This Debevoise In Depth seeks to assist Large Banks to prepare for the anticipated changes to the regulatory landscape by discussing possible supervisory questions that may arise (and some possible responses thereto) in the immediate term, as well as longer-term regulatory and industry challenges.

The regulatory and oversight changes described herein may foster more bank and non-bank M&A.  U.S. bank regulators, seeking a safe, sound and resilient banking system, may be more receptive to mergers in which the parties demonstrate that the resulting organization will be more resilient and better able to provide for the convenience and needs of its customers.  From the Large Banks’ perspective, the enhanced regulatory burdens under the FRB tailoring rules of moving from a Category IV bank ($100 to $250 billion of assets) to a Category III bank ($250 billion to $700 billion of assets) historically provided a material disincentive to grow beyond Category IV.  However, if due to the March Failures, U.S. bank regulators materially increase the regulatory burdens on Category IV banking organizations, where both SVB and Signature were resident, then Category IV banking organizations may determine that the benefits of economies of scale and diversification warrant material organic and inorganic growth, even if the growth moves them into tailoring Category III.  For Large Banks in tailoring Category III, the broad asset range ($250 billion-$700 billion) may allow significant growth and the benefits growth provides, without material enhanced regulatory burden.  In addition to M&A’s additive benefits regarding assets and capabilities, many Large Banks also may wish to consider divestitures to reposition their balance sheets and place themselves in the best position to succeed in the coming regulatory environment.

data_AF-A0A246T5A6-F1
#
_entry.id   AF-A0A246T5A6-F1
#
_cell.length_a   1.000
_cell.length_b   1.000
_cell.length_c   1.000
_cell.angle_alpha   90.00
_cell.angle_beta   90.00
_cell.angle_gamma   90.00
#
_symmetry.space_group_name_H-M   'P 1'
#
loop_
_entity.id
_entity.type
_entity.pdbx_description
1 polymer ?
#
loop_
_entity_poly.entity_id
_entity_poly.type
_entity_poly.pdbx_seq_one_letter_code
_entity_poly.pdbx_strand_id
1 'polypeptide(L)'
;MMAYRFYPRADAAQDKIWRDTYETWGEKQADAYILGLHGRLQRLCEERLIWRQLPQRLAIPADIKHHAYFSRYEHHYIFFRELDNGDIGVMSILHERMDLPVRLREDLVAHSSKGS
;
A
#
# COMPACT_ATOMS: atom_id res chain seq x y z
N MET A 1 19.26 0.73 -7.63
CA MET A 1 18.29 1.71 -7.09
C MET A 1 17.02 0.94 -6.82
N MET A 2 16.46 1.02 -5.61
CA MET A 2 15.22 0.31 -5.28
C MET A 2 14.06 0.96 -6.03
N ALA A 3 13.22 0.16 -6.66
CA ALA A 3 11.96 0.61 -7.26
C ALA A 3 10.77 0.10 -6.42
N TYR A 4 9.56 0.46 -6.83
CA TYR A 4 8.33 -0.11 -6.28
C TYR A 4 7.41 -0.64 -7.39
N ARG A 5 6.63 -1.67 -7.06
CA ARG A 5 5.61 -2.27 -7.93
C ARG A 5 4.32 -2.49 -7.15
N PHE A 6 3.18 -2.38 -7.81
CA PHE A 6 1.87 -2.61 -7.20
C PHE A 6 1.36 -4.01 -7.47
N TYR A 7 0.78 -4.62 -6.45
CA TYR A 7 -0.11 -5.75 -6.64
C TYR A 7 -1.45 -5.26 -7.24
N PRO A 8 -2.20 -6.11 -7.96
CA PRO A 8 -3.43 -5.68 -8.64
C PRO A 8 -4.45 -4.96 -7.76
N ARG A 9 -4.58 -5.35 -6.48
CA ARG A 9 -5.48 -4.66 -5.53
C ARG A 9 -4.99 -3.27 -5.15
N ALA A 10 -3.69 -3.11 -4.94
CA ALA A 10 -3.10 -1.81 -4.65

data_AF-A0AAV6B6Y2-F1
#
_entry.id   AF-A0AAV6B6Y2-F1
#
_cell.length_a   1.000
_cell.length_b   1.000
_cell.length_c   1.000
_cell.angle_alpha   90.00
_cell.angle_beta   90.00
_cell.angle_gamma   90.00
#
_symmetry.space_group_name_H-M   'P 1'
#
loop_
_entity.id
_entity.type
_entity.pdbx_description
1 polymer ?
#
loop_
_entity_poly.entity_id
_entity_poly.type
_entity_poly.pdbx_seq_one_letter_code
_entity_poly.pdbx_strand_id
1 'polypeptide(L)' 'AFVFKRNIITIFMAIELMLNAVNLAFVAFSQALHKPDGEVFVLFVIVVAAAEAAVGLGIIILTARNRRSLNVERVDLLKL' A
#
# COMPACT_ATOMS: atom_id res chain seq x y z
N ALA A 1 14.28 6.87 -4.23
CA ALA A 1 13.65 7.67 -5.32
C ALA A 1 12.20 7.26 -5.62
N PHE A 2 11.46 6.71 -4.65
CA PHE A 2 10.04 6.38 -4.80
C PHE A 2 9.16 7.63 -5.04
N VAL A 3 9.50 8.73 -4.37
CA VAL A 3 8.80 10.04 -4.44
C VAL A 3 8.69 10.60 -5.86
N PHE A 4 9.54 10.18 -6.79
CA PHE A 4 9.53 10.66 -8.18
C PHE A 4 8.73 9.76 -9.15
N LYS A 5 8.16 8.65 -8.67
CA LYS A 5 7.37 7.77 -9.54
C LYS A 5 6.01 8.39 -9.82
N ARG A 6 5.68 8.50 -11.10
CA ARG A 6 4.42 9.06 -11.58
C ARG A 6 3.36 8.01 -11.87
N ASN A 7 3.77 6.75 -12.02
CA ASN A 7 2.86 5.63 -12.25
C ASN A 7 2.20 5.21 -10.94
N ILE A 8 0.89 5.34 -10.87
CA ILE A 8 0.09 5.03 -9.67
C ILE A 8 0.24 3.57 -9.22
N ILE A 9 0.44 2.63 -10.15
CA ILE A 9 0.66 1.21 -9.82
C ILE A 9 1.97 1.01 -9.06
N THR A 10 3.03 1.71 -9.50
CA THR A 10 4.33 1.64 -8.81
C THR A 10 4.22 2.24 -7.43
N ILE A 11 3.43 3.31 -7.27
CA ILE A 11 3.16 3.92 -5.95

The discussion in this Debevoise In Depth is likely also relevant to foreign banking organizations (“FBOs”), due to the similarity in the tailoring rules for FBOs and Large Banks.  This discussion may be relevant to the U.S. GSIBs as well, given that they are the most highly regulated of the U.S. banking institutions.


Short Term: Preparing for Potential Supervisory Activity

Although the precise circumstances leading up to the March Failures remain subject to debate and investigation, U.S. bank regulators have cited deficiencies in risk management practices as a proximate cause of the failures.  Regulators have focused on liquidity and interest rate risk management, risk governance, reporting and preparedness.  In the wake of the March Failures, supervisors may probe these areas more thoroughly, escalate concerns more quickly and issue harsher sanctions more readily than they would have otherwise.  Below, we outline several key areas on which supervisors may focus and suggest steps banking organizations should consider taking to prepare for enhanced scrutiny.

Assess Risk Management Practices